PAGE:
The Americans with Disabilities Act of 1990, 42 U.S.C. §§12101, et seq., prohibits covered employers from discriminating against qualified individuals on the basis of their disabilities. Williams was unable to carry a firearm as the result of a mental condition, and was additionally perceived by his employer to be unable to have access to firearms or be around others carrying firearms. In an action against his employer, the District Court granted summary judgment against Williams, holding that such limitations would not make him significantly restricted in the major life activity of working because they did not prevent him from performing work in a broad range of jobs in various classes. On appeal, the judgment was reversed because the District Court did not consider whether such limitations would prevent Williams from performing work in a class of jobs and because a reasonable jury could conclude that Williams was actually (or perceived to be) precluded from working in a class of jobs. EEOC’s Regulations make clear that even if one has the ability to perform a broad range of jobs, one is nevertheless disabled if one is significantly restricted in one’s ability to perform most of the jobs that utilized abilities similar to the job one has been disqualified from performing. Williams v. Philadelphia Housing Authority Police Department, No. 03-1158 (U.S. 3rd Cir., August 26, 2004).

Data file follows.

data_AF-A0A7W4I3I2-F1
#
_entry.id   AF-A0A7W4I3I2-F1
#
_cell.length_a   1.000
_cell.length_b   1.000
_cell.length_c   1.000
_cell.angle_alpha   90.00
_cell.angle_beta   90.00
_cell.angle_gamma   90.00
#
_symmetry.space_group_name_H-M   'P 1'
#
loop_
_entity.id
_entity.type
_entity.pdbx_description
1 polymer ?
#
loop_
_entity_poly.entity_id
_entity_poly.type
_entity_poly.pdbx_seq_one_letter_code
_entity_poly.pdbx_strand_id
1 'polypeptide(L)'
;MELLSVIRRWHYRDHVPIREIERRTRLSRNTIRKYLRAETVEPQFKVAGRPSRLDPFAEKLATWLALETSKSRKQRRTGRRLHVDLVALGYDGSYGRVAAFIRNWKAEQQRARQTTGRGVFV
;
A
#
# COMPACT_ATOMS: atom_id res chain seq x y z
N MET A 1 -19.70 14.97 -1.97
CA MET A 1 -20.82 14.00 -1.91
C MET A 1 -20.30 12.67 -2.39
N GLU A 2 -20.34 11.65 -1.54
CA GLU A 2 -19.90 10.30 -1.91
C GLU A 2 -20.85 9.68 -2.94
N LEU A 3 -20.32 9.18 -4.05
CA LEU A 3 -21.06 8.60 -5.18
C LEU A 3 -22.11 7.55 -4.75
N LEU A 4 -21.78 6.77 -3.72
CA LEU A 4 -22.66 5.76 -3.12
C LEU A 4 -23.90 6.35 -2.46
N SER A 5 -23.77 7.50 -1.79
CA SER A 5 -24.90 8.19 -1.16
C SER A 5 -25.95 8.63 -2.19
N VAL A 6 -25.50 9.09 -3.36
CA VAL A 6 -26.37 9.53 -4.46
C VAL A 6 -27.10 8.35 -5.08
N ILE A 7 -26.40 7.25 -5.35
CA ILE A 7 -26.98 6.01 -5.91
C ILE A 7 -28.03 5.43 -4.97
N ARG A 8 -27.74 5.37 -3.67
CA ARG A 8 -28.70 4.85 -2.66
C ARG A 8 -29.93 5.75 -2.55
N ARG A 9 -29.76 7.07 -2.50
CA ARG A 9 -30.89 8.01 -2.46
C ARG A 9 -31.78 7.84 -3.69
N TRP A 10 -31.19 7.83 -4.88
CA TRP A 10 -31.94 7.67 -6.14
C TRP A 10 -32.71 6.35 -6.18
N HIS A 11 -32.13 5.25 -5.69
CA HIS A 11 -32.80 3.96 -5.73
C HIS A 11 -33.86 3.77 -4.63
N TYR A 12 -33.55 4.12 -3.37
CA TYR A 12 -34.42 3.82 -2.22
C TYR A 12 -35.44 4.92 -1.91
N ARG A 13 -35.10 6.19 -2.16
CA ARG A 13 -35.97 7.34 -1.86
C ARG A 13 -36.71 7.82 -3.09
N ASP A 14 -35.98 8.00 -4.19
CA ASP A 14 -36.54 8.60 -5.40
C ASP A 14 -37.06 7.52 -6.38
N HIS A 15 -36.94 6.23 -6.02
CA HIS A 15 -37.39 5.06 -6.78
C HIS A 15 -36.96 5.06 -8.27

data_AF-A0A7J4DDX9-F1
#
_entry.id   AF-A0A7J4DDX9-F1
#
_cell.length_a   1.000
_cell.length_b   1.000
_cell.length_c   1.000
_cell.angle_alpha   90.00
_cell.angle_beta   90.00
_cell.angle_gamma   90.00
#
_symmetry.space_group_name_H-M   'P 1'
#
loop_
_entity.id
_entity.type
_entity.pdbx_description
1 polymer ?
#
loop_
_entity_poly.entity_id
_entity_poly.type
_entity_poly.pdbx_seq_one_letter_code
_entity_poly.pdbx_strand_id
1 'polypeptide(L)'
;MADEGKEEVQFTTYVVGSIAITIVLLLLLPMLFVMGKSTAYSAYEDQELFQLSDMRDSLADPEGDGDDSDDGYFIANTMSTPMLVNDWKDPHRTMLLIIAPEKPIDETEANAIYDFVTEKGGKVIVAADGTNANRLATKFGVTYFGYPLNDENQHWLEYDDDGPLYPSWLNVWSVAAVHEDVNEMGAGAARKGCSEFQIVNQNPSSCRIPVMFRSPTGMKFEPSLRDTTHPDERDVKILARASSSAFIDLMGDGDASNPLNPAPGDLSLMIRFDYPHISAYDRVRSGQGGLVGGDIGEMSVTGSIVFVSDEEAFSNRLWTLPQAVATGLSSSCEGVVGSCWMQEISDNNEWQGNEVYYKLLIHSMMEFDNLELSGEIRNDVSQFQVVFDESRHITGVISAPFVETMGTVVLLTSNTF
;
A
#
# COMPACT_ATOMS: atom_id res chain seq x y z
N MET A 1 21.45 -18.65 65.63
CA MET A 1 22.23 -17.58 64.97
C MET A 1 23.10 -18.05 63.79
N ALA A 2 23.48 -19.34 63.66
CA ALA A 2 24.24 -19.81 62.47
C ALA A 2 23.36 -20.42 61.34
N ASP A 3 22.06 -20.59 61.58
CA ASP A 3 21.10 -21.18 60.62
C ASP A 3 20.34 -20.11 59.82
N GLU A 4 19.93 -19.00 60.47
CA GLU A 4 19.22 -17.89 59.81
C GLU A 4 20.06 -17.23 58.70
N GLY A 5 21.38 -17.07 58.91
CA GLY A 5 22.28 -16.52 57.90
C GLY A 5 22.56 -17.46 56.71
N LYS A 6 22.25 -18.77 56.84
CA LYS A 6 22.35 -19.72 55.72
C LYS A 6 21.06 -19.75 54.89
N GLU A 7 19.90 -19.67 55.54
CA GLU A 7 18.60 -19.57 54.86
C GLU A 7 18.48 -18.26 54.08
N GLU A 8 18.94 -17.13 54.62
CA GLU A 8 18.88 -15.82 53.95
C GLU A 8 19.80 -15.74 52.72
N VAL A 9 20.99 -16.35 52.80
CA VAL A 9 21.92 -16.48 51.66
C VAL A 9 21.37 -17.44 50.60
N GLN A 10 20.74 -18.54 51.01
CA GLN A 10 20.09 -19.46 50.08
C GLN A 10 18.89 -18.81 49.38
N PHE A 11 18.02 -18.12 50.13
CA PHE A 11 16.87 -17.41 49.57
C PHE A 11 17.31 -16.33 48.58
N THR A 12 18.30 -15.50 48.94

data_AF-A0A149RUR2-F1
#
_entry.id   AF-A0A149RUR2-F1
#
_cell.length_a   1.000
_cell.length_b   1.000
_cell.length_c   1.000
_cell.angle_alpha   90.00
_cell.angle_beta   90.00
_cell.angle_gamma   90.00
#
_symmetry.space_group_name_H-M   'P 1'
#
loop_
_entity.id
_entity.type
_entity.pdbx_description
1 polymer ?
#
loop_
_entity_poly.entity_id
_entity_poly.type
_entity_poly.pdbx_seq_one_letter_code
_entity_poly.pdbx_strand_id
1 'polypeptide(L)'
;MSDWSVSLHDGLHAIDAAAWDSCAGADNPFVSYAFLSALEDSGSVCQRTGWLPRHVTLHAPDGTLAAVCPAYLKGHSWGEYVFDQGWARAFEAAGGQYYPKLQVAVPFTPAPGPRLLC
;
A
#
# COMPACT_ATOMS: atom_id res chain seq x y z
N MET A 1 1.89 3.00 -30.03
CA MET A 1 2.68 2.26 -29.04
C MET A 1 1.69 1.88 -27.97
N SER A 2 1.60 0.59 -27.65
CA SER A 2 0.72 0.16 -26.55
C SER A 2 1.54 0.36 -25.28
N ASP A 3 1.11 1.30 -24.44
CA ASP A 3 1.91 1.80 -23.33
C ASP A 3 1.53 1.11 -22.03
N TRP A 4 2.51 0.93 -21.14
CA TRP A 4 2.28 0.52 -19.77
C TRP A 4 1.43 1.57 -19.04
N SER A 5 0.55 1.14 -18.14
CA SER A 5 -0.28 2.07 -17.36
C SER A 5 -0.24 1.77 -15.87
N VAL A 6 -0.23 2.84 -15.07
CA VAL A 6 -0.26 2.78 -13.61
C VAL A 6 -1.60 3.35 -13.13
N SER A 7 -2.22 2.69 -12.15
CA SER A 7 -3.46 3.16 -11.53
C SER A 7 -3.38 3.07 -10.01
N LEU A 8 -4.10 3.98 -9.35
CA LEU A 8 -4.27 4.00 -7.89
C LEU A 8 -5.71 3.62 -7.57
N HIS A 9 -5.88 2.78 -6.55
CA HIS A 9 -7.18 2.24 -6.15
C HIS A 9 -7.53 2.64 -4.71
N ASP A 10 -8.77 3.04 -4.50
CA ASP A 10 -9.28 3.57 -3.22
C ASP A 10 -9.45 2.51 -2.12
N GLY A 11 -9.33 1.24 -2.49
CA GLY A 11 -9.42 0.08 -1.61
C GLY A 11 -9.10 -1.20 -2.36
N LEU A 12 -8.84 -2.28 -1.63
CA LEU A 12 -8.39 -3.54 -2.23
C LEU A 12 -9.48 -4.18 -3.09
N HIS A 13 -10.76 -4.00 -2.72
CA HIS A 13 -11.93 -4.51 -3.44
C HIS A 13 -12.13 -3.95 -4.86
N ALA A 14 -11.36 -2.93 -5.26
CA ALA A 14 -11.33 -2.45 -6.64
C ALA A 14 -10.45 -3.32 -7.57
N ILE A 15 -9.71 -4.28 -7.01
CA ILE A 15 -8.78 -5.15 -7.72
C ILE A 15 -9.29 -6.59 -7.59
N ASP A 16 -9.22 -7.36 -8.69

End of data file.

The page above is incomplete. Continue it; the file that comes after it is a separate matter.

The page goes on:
The U.S. Department of Labor, Bureau of Labor Statistics, 2003 National Compensation Survey shows that private establishments with a hundred or more workers were much more likely than small establishments to offer medical insurance and retirement benefits in 2003. In addition to resuming a regular program of reports on the incidence and characteristics of employee benefit plans, the 2003 NCS introduced a variety of new data tabulations. These new data items range from information on the percentage of establishments offering major types of benefits to their employees and the percentage of total medical premiums paid by employers an employees, to tabulations that link benefit plan coverage to workers’ wages, to new details on such topics as the types of bonuses offered employees, employer contributions to cash balance pension plans and orthodontic coverage for dependents of employees.,, and


The City of Miami has shed its distinction as the nation’s poorest large city for the last four years. Miami is now in fifth place, behind Cleveland, Newark, Detroit and Fresno (in “descending” order). A few more condos and Miami could climb out of the bottom ten.